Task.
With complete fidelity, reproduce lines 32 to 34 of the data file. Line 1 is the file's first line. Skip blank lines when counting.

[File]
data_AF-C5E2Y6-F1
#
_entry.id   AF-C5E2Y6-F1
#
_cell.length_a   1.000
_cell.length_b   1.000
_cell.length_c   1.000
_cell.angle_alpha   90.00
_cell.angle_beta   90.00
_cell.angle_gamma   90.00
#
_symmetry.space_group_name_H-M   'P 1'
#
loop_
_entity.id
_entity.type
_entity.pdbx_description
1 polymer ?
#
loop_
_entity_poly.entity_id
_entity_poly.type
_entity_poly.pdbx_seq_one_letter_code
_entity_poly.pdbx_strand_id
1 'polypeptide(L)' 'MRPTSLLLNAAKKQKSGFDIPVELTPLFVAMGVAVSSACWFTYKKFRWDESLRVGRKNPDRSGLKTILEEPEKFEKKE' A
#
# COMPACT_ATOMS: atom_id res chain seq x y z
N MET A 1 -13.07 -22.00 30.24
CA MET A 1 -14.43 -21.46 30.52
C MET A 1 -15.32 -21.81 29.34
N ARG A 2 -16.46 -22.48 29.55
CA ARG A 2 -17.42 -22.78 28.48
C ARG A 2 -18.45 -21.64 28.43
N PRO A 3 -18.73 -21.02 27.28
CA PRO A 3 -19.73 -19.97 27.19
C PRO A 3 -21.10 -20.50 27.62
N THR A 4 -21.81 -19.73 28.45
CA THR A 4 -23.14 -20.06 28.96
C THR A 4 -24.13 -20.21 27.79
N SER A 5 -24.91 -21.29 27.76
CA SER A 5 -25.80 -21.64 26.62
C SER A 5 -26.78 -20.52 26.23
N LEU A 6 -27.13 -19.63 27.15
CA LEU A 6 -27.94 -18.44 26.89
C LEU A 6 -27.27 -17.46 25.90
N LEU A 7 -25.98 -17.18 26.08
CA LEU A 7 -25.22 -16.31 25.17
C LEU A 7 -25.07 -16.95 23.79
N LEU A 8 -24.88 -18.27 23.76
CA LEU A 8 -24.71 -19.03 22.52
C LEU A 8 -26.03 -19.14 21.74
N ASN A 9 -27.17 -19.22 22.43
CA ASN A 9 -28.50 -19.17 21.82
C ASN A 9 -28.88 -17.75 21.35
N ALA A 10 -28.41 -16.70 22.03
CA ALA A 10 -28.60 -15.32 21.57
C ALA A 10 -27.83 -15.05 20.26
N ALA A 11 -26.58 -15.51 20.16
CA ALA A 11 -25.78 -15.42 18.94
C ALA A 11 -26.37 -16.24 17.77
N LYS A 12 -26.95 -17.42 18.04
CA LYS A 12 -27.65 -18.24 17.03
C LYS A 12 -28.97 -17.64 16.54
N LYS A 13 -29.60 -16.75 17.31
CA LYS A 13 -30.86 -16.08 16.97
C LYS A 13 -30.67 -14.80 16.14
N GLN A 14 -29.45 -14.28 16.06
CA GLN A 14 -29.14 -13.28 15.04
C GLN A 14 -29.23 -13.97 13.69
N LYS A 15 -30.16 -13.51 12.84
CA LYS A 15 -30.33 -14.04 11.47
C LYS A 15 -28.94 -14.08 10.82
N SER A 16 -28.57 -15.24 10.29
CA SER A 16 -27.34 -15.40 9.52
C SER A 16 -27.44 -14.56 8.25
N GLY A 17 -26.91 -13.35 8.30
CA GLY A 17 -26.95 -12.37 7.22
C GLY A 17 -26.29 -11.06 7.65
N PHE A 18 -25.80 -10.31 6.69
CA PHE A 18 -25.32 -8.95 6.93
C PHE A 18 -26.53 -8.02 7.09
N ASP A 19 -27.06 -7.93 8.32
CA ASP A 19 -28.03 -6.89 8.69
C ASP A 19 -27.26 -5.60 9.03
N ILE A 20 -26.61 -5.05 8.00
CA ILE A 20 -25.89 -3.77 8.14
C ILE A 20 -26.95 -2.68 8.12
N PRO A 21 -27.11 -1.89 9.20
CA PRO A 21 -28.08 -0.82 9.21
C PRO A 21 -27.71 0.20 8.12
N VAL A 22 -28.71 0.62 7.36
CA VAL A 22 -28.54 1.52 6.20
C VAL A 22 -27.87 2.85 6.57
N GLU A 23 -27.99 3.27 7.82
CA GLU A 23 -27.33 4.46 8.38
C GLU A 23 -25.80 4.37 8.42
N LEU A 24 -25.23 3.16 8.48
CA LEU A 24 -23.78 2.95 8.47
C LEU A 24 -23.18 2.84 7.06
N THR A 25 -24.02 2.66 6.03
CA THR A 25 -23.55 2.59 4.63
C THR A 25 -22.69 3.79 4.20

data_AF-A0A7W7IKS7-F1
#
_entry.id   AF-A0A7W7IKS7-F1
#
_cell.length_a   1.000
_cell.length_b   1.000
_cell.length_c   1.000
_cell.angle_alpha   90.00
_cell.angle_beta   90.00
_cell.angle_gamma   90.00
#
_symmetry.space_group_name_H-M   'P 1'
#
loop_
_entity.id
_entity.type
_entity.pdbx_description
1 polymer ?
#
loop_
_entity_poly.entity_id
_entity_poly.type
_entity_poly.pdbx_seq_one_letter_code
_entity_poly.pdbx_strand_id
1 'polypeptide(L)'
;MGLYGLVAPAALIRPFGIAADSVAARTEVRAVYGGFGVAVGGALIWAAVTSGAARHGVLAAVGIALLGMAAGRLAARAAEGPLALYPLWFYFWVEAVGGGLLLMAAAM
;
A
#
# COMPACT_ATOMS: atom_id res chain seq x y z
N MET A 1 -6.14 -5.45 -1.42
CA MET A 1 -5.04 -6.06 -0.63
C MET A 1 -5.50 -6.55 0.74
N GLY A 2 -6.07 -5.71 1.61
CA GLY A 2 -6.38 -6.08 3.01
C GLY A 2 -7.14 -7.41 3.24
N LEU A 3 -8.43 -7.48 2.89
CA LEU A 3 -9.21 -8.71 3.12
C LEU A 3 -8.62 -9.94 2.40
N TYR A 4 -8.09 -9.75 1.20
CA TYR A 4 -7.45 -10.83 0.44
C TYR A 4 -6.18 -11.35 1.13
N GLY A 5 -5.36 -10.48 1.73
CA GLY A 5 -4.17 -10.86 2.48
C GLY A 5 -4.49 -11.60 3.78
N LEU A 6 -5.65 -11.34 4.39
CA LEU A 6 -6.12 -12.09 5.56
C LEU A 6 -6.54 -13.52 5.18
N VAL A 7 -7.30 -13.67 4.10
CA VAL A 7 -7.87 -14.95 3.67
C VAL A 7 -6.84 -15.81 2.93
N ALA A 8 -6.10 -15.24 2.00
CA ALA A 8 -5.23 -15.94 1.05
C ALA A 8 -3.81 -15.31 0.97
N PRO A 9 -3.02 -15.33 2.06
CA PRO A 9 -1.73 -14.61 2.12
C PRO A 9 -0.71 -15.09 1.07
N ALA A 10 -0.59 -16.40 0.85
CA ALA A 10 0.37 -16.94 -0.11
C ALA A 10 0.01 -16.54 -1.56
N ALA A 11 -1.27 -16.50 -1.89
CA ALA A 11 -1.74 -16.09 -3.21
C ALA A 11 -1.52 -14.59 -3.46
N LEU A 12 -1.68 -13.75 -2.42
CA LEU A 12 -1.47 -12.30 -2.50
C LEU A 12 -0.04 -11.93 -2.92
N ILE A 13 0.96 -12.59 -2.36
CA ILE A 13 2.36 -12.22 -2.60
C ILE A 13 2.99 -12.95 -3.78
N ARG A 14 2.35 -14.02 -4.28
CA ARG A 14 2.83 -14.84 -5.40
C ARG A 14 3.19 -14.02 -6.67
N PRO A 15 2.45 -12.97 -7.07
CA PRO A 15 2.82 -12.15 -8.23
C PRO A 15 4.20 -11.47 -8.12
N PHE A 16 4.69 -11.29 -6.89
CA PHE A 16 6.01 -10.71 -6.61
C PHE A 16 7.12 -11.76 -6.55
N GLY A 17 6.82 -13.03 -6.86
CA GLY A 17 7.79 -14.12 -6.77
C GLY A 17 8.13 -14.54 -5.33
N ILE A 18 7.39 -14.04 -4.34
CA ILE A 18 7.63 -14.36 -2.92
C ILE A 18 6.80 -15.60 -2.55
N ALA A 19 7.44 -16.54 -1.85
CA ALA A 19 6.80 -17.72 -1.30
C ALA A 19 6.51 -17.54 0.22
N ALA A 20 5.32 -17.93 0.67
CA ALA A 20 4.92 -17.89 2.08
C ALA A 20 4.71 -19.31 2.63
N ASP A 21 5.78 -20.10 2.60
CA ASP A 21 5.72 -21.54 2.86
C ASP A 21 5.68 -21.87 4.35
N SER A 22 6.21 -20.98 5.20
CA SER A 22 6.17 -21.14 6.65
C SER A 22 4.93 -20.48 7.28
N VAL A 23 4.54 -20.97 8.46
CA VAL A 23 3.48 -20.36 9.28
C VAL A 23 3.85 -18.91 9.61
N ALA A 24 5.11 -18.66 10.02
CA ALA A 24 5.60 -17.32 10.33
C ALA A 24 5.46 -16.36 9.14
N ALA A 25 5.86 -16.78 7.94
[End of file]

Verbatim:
CA ARG A 2 -17.42 -22.78 28.48
C ARG A 2 -18.45 -21.64 28.43
N PRO A 3 -18.73 -21.02 27.28